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Investors push Zara owner Inditex to publish full supply chain

People walk past a Zara store, an Inditex brand, in central Barcelona, Spain, Sept. 20, 2016. — REUTERS/ALBERT GEA

LONDON – Investors want Zara owner Inditex to follow rivals H&M and Primark in making its full list of suppliers public so they can better assess any supply chain risks.

Inditex is an outlier among big clothing retailers in not publishing which factories it sources from. Regulators and investors want greater transparency and better disclosure from companies.

Clothing retailers, in particular, are under pressure to prove that there is no forced labor in their supply chains, and that garment workers are paid decent wages.

Chinese fashion group Shein has come under scrutiny from US lawmakers over supply chain risks ahead of plans for a US listing.

In the European Union, disagreements have stalled proposed rules that would require all big companies to disclose whether supply chains harm the environment or use child labor. Proposed sanctions for not complying could include fines of 5% of revenue.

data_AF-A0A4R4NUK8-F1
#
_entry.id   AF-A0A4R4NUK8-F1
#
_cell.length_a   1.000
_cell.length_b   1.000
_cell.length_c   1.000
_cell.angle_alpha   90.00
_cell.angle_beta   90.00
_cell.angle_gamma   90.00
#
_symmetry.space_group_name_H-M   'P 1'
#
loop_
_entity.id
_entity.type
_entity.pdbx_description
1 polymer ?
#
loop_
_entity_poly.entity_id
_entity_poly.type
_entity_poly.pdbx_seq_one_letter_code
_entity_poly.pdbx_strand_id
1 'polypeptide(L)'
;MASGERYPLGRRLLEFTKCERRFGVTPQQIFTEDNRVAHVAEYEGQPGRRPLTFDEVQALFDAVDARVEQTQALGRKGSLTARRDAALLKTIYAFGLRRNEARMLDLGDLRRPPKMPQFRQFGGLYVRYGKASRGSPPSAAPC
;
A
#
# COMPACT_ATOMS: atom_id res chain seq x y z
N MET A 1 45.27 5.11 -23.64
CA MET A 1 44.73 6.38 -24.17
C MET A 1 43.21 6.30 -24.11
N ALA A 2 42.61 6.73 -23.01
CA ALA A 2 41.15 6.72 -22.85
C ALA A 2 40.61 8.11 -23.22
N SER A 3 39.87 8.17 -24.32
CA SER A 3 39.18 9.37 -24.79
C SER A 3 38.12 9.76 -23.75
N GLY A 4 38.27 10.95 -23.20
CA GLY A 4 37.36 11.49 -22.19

Fashion brands and retailers, including Adidas, H&M, Hugo Boss, M&S, Nike, Primark, and Puma, already publish detailed supplier lists, including factory names and addresses.

Inditex publishes annually the number of suppliers it sources from in 12 core countries, but gives no information on individual factories.

Reuters asked Inditex shareholders what they wanted to see from the company in terms of improved disclosure.